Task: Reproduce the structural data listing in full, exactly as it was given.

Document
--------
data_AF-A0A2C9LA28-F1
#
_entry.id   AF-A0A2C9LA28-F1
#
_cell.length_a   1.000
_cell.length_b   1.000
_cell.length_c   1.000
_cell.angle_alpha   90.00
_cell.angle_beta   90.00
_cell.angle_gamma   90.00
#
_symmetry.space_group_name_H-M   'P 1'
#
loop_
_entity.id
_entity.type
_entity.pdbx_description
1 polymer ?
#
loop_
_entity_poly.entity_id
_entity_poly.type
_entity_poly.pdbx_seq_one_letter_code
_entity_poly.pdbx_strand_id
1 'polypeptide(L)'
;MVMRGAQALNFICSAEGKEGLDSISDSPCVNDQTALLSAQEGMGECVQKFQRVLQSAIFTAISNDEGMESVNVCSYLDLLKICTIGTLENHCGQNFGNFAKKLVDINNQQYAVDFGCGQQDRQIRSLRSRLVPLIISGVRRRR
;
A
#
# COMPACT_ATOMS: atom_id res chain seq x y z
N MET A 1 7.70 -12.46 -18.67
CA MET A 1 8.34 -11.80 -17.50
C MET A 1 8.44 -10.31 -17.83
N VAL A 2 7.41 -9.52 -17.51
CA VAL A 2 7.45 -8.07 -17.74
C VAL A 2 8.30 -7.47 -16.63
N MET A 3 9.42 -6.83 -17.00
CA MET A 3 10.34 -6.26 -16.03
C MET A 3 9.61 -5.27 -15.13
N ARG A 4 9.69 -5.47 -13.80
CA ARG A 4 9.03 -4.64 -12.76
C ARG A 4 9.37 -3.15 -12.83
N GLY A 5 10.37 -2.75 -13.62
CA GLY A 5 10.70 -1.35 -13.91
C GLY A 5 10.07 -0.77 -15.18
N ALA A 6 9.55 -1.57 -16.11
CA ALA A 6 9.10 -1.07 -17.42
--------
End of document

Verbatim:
data_AF-A0A2C9LA28-F1
#
_entry.id   AF-A0A2C9LA28-F1
#
_cell.length_a   1.000
_cell.length_b   1.000
_cell.length_c   1.000
_cell.angle_alpha   90.00
_cell.angle_beta   90.00
_cell.angle_gamma   90.00
#
_symmetry.space_group_name_H-M   'P 1'
#
loop_
_entity.id
_entity.type
_entity.pdbx_description
1 polymer ?
#
loop_
_entity_poly.entity_id
_entity_poly.type
_entity_poly.pdbx_seq_one_letter_code
_entity_poly.pdbx_strand_id
1 'polypeptide(L)'
;MVMRGAQALNFICSAEGKEGLDSISDSPCVNDQTALLSAQEGMGECVQKFQRVLQSAIFTAISNDEGMESVNVCSYLDLLKICTIGTLENHCGQNFGNFAKKLVDINNQQYAVDFGCGQQDRQIRSLRSRLVPLIISGVRRRR
;
A
#
# COMPACT_ATOMS: atom_id res chain seq x y z
N MET A 1 7.70 -12.46 -18.67
CA MET A 1 8.34 -11.80 -17.50
C MET A 1 8.44 -10.31 -17.83
N VAL A 2 7.41 -9.52 -17.51
CA VAL A 2 7.45 -8.07 -17.74
C VAL A 2 8.30 -7.47 -16.63
N MET A 3 9.42 -6.83 -17.00
CA MET A 3 10.34 -6.26 -16.03
C MET A 3 9.61 -5.27 -15.13
N ARG A 4 9.69 -5.47 -13.80
CA ARG A 4 9.03 -4.64 -12.76
C ARG A 4 9.37 -3.15 -12.83
N GLY A 5 10.37 -2.75 -13.62
CA GLY A 5 10.70 -1.35 -13.91
C GLY A 5 10.07 -0.77 -15.18
N ALA A 6 9.55 -1.57 -16.11
CA ALA A 6 9.10 -1.07 -17.42